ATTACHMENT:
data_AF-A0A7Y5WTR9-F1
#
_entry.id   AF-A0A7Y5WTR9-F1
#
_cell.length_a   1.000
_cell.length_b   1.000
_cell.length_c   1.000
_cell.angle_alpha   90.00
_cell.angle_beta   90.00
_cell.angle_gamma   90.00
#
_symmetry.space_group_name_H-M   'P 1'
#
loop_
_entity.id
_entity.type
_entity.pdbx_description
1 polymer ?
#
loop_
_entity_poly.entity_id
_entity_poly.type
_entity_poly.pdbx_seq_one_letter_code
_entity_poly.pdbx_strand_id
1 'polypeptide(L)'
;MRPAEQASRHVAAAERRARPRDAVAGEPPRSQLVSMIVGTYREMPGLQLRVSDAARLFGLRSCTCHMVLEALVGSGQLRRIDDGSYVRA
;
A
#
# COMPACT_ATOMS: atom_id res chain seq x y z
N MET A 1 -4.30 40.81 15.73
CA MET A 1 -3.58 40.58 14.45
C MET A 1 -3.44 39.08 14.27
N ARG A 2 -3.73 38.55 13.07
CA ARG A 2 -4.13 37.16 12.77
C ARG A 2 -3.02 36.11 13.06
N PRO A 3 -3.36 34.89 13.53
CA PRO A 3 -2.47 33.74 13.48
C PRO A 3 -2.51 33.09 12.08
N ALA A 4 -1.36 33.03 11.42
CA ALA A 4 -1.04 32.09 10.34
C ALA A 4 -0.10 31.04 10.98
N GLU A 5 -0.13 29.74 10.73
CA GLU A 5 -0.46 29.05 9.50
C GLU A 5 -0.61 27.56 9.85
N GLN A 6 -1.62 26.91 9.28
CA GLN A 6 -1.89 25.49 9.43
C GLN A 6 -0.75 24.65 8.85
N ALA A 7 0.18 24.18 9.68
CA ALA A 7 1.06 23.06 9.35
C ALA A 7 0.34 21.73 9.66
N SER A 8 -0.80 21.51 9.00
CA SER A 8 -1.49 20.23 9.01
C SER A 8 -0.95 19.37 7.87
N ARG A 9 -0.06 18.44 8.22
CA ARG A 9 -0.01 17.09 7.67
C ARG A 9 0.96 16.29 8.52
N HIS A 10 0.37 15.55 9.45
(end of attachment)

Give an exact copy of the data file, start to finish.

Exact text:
data_AF-A0A7Y5WTR9-F1
#
_entry.id   AF-A0A7Y5WTR9-F1
#
_cell.length_a   1.000
_cell.length_b   1.000
_cell.length_c   1.000
_cell.angle_alpha   90.00
_cell.angle_beta   90.00
_cell.angle_gamma   90.00
#
_symmetry.space_group_name_H-M   'P 1'
#
loop_
_entity.id
_entity.type
_entity.pdbx_description
1 polymer ?
#
loop_
_entity_poly.entity_id
_entity_poly.type
_entity_poly.pdbx_seq_one_letter_code
_entity_poly.pdbx_strand_id
1 'polypeptide(L)'
;MRPAEQASRHVAAAERRARPRDAVAGEPPRSQLVSMIVGTYREMPGLQLRVSDAARLFGLRSCTCHMVLEALVGSGQLRRIDDGSYVRA
;
A
#
# COMPACT_ATOMS: atom_id res chain seq x y z
N MET A 1 -4.30 40.81 15.73
CA MET A 1 -3.58 40.58 14.45
C MET A 1 -3.44 39.08 14.27
N ARG A 2 -3.73 38.55 13.07
CA ARG A 2 -4.13 37.16 12.77
C ARG A 2 -3.02 36.11 13.06
N PRO A 3 -3.36 34.89 13.53
CA PRO A 3 -2.47 33.74 13.48
C PRO A 3 -2.51 33.09 12.08
N ALA A 4 -1.36 33.03 11.42
CA ALA A 4 -1.04 32.09 10.34
C ALA A 4 -0.10 31.04 10.98
N GLU A 5 -0.13 29.74 10.73
CA GLU A 5 -0.46 29.05 9.50
C GLU A 5 -0.61 27.56 9.85
N GLN A 6 -1.62 26.91 9.28
CA GLN A 6 -1.89 25.49 9.43
C GLN A 6 -0.75 24.65 8.85
N ALA A 7 0.18 24.18 9.68
CA ALA A 7 1.06 23.06 9.35
C ALA A 7 0.34 21.73 9.66
N SER A 8 -0.80 21.51 9.00
CA SER A 8 -1.49 20.23 9.01
C SER A 8 -0.95 19.37 7.87
N ARG A 9 -0.06 18.44 8.22
CA ARG A 9 -0.01 17.09 7.67
C ARG A 9 0.96 16.29 8.52
N HIS A 10 0.37 15.55 9.45